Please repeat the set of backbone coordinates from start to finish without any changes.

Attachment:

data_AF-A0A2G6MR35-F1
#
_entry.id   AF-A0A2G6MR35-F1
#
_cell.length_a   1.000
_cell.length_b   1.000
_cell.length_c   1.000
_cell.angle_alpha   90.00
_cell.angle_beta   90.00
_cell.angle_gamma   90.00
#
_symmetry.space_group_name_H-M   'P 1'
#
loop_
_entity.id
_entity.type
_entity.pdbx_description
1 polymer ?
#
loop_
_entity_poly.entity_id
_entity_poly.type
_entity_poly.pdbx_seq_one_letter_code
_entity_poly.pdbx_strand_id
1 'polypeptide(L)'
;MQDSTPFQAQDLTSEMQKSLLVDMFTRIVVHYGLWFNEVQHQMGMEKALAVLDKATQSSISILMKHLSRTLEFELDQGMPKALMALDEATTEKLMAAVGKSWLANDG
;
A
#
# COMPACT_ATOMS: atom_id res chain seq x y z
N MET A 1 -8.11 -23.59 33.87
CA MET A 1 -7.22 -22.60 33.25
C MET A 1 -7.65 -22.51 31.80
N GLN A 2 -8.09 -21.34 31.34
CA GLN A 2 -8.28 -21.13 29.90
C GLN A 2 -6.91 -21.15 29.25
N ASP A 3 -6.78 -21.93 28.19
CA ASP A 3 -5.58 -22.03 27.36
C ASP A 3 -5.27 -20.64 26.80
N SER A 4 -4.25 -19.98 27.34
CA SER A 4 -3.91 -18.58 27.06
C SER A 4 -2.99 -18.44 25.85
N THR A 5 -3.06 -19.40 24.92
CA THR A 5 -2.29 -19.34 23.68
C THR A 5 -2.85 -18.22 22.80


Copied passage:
data_AF-A0A2G6MR35-F1
#
_entry.id   AF-A0A2G6MR35-F1
#
_cell.length_a   1.000
_cell.length_b   1.000
_cell.length_c   1.000
_cell.angle_alpha   90.00
_cell.angle_beta   90.00
_cell.angle_gamma   90.00
#
_symmetry.space_group_name_H-M   'P 1'
#
loop_
_entity.id
_entity.type
_entity.pdbx_description
1 polymer ?
#
loop_
_entity_poly.entity_id
_entity_poly.type
_entity_poly.pdbx_seq_one_letter_code
_entity_poly.pdbx_strand_id
1 'polypeptide(L)'
;MQDSTPFQAQDLTSEMQKSLLVDMFTRIVVHYGLWFNEVQHQMGMEKALAVLDKATQSSISILMKHLSRTLEFELDQGMPKALMALDEATTEKLMAAVGKSWLANDG
;
A
#
# COMPACT_ATOMS: atom_id res chain seq x y z
N MET A 1 -8.11 -23.59 33.87
CA MET A 1 -7.22 -22.60 33.25
C MET A 1 -7.65 -22.51 31.80
N GLN A 2 -8.09 -21.34 31.34
CA GLN A 2 -8.28 -21.13 29.90
C GLN A 2 -6.91 -21.15 29.25
N ASP A 3 -6.78 -21.93 28.19
CA ASP A 3 -5.58 -22.03 27.36
C ASP A 3 -5.27 -20.64 26.80
N SER A 4 -4.25 -19.98 27.34
CA SER A 4 -3.91 -18.58 27.06
C SER A 4 -2.99 -18.44 25.85
N THR A 5 -3.06 -19.40 24.92
CA THR A 5 -2.29 -19.34 23.68
C THR A 5 -2.85 -18.22 22.80